Mermaid Nets and Viking Runes

I toss and turn all night, awash in a sea of aquamarine and green, streaked with silver phosphorescence, drifting through the velvet night from a necklace of meteors. I raft down a river of paint, but unlike Huck Finn, my oar is a paintbrush that struggles to free me from whirlpools of cerulean blue. Then day breaks, and I trudge through a black-and-white world in sensible shoes. – Loretta Benedetto Marvel, from Mermaid Nets and Other Twice-Told Tales

 

Loretta and I– along with some Vikings, a mermaid, a couple of muses and a curious kitty – shared coffee after I finished writing in my journal this morning.

As some of you know, 2011 is pushing me to return to a more active participation with my art – to get out of my head and off the pages with it. The past number of months I have been gathering myself and my ephemera and creating a place for it to happen.

I am going to attempt something a bit on the raw side with this post. (Hope I don’t lose you.) I don’t often share my morning writings “as is” in this blog but I feel a collaboration coming on with this Loretta who I have never met but whose story sliced into my artist’s heart with the precision of a surgeon. (I found Loretta in the back pages of a mixed-media magazine for artistic discovery. Cloth Paper Scissors, page 92 of the March/April issue to be exact.)

So, here’s the collaboration:
Pieces of my morning pages and Loretta’s story woven together to paint the experience of a Sunday musing. “J” is my journal. “LS” is Loretta’s story. (I hope Loretta and Cloth Paper Scissors will forgive my presumption to post my morning experience with them in this way before asking permission. And that they will be appeased with links and credits.) Read more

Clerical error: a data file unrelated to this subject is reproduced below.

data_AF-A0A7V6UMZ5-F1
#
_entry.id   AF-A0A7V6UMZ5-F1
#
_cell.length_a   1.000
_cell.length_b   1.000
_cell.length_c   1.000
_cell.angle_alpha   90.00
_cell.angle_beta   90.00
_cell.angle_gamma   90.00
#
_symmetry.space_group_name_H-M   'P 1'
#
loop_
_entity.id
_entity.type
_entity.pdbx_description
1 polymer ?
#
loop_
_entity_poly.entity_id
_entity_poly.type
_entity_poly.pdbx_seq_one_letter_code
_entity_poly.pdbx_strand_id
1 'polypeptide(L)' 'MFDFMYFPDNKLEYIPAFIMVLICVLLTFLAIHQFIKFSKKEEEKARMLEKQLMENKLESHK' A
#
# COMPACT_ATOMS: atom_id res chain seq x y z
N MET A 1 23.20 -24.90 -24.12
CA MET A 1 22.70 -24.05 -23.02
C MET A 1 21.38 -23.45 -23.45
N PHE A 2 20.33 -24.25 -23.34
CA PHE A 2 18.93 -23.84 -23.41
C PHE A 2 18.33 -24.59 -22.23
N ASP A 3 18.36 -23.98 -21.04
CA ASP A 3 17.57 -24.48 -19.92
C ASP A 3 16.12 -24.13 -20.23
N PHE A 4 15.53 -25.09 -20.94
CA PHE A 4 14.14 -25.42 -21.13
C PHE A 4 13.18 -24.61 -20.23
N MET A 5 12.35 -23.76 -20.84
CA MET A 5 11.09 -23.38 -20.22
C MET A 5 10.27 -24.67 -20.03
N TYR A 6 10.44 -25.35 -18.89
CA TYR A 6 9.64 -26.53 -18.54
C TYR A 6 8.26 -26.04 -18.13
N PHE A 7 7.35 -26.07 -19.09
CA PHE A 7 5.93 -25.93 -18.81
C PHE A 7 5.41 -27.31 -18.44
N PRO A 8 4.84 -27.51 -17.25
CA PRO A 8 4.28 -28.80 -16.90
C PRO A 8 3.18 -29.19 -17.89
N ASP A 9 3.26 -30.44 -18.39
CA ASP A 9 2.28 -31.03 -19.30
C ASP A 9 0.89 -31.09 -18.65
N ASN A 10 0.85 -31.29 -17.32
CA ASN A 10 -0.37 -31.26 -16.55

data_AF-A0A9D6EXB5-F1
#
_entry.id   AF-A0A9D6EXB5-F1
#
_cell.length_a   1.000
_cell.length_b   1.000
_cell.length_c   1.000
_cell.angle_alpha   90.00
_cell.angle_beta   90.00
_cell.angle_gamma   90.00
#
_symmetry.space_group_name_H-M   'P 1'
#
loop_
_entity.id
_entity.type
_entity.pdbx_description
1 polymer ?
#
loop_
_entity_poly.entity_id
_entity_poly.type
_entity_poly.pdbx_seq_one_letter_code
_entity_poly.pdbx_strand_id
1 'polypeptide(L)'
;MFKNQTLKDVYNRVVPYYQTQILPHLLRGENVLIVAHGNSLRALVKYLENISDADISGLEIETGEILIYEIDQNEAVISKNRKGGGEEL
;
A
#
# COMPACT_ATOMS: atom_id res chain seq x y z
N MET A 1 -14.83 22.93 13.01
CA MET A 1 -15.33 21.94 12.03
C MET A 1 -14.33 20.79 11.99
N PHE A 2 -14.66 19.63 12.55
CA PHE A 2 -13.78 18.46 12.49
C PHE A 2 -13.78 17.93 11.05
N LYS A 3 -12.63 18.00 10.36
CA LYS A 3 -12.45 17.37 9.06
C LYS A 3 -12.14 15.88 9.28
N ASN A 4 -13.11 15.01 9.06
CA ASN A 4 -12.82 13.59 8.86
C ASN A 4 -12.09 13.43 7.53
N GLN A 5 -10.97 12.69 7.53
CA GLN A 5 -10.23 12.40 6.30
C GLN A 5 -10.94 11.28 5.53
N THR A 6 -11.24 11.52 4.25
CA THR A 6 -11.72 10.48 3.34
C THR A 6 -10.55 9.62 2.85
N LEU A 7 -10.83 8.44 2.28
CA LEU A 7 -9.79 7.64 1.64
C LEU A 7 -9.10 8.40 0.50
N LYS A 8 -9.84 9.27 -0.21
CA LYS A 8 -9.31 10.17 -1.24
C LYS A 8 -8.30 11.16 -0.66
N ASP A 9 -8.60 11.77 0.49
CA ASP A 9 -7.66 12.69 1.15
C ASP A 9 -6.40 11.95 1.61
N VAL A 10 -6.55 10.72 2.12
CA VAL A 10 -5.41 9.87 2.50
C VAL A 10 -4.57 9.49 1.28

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Sunday Scribblings #238: what do you make of curious?

Chloe the Muse Sculpted by Karla Zdroik of Kamansa Korner

Chloe the Muse sculpted by Karla Zdroik

Sunday Scribblings #238 Writing Prompt: what do you make of curious?

What do I make of curious?

I am curious how, in attempting to coax out my visual artist, I wound up on a writing prompt site.

Was it the word “Sunday” or “Scribblings” that lured me in?

I am more curious at the thought that I am apparently going to post this and link it back to Sunday Scribblings as the prompt suggests.

I am wondering – oops curious – if this is just another stall tactic, if my writer is threatened by all the hoopla of late made by my artist.

What do I make of a curiously quiet house on a Sunday afternoon? A decision to treat myself while Theo helps Daddy sleep off his pneumonia. An intentional artist’s date, curled up on the sofa with Kelly Rae Roberts and her book, Taking Flight: to give your creative spirit wings. A “curious” flip to the back pages under “Resources: Places to Fly.” (That’s how I found you, Laini and Megg. In case you are wondering. It just happened to be Sunday.)

What do I make of curious? I am curious if I can use my writer to launch my artist. If they will ever make peace and learn how to share this middle-aged woman’s energy. (She has a plan – albeit loose – but a plan none the less.)

I am curious. Will I click “Publish”?

Hmmm. Do I put this under the category “Muses Among Us” – or “Growing Pains”?

For those wondering what Sunday Scribblings is – in their words: “Sunday Scribblings was set up to provide inspiration and motivation for anyone who enjoys writing and would like a weekly challenge.” Click here to check them out!

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Do I Dare?

Alone

Those who are willing to be vulnerable move among mysteries. – Theodore Roethke